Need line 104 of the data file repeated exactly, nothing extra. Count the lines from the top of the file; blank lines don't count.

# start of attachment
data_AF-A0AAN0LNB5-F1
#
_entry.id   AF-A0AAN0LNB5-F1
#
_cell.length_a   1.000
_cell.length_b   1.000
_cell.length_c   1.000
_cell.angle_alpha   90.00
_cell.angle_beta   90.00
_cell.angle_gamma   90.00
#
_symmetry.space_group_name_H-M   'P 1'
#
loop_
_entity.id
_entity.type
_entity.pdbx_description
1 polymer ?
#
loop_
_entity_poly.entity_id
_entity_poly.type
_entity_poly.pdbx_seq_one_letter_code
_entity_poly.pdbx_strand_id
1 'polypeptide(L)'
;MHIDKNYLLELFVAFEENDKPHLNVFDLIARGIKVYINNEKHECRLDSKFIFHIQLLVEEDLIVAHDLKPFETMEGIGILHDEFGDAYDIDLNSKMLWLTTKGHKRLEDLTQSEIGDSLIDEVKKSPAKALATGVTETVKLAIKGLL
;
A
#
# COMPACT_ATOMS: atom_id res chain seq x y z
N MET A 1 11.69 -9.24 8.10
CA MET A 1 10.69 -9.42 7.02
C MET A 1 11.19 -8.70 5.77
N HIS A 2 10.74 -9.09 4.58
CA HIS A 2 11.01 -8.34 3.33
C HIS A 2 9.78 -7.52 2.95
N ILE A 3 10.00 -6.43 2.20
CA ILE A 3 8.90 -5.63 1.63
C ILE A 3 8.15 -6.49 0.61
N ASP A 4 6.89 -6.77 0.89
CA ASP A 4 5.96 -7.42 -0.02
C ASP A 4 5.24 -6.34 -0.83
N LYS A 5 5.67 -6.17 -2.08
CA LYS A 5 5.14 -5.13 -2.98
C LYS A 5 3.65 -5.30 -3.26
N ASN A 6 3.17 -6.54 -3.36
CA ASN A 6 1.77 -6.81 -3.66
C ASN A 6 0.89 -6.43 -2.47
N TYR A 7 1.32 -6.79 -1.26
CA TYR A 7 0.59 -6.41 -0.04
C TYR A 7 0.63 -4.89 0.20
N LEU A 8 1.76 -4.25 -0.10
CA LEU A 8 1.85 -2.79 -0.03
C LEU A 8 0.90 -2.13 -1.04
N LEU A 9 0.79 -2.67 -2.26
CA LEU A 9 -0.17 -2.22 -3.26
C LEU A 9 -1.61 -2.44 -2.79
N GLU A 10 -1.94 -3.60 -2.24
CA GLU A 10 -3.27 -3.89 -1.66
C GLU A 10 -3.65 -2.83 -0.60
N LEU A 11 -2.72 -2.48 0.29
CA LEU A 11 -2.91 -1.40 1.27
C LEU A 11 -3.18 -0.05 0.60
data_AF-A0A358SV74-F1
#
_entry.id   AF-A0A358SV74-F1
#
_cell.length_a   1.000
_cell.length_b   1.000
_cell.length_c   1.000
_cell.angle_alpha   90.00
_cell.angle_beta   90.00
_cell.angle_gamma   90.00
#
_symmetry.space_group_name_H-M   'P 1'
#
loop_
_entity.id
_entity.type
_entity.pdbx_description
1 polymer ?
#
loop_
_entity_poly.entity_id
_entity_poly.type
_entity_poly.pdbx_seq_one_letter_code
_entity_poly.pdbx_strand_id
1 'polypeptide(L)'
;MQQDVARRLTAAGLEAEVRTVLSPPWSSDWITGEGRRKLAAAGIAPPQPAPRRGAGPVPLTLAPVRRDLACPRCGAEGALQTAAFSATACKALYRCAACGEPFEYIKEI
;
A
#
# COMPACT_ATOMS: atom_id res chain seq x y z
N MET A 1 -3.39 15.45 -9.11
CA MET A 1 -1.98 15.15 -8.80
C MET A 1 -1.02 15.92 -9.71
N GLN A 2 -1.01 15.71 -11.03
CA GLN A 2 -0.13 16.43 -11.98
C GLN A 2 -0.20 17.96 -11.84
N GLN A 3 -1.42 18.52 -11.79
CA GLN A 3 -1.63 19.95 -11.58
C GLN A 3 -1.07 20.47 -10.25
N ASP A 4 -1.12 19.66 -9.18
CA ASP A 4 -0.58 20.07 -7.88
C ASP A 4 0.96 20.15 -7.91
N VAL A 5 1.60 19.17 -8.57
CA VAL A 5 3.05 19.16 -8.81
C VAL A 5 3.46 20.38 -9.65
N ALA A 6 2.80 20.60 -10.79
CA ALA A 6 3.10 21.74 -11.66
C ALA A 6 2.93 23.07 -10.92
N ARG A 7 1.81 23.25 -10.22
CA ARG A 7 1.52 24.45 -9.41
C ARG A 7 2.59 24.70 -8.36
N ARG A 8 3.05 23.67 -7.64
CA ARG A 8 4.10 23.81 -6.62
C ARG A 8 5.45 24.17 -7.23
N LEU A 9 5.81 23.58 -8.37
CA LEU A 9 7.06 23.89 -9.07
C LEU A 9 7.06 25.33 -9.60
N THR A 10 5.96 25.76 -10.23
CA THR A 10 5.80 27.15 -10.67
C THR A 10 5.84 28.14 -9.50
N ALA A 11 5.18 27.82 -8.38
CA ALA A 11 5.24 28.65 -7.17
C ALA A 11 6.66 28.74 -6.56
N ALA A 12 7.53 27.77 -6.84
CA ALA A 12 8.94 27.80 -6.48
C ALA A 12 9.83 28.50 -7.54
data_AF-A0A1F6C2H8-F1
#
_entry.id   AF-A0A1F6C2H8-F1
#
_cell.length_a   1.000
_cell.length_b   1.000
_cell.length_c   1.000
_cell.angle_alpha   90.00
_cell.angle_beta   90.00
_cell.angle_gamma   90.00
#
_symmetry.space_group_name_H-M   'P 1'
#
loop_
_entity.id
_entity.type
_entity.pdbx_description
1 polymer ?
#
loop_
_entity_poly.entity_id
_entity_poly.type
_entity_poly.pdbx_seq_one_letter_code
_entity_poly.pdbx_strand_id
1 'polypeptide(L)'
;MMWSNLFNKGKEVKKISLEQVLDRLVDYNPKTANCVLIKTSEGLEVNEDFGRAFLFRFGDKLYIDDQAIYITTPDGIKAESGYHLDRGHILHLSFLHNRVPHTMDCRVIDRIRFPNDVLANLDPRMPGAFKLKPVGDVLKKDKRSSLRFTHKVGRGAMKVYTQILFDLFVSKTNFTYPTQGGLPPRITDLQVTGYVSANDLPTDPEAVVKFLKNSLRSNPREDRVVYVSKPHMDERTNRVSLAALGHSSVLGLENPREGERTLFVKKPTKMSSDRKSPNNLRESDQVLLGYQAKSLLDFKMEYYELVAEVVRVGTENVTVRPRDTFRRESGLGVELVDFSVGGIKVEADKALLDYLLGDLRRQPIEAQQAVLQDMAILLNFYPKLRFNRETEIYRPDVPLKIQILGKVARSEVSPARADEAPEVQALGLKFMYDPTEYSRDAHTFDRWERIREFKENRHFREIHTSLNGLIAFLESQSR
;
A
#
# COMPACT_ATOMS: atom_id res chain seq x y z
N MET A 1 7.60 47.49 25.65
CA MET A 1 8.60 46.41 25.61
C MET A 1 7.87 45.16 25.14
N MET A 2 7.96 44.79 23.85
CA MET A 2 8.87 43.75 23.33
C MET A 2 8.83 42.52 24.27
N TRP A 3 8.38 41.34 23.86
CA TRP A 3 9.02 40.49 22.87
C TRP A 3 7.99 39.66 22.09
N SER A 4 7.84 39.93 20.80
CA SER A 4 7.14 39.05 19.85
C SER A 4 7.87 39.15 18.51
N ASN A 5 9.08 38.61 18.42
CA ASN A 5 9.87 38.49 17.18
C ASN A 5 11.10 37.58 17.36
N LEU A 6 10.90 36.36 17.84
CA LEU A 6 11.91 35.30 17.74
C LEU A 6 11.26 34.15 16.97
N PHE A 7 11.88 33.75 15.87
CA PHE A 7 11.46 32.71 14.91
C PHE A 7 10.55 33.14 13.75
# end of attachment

CA ASP A 4 -0.58 20.07 -7.88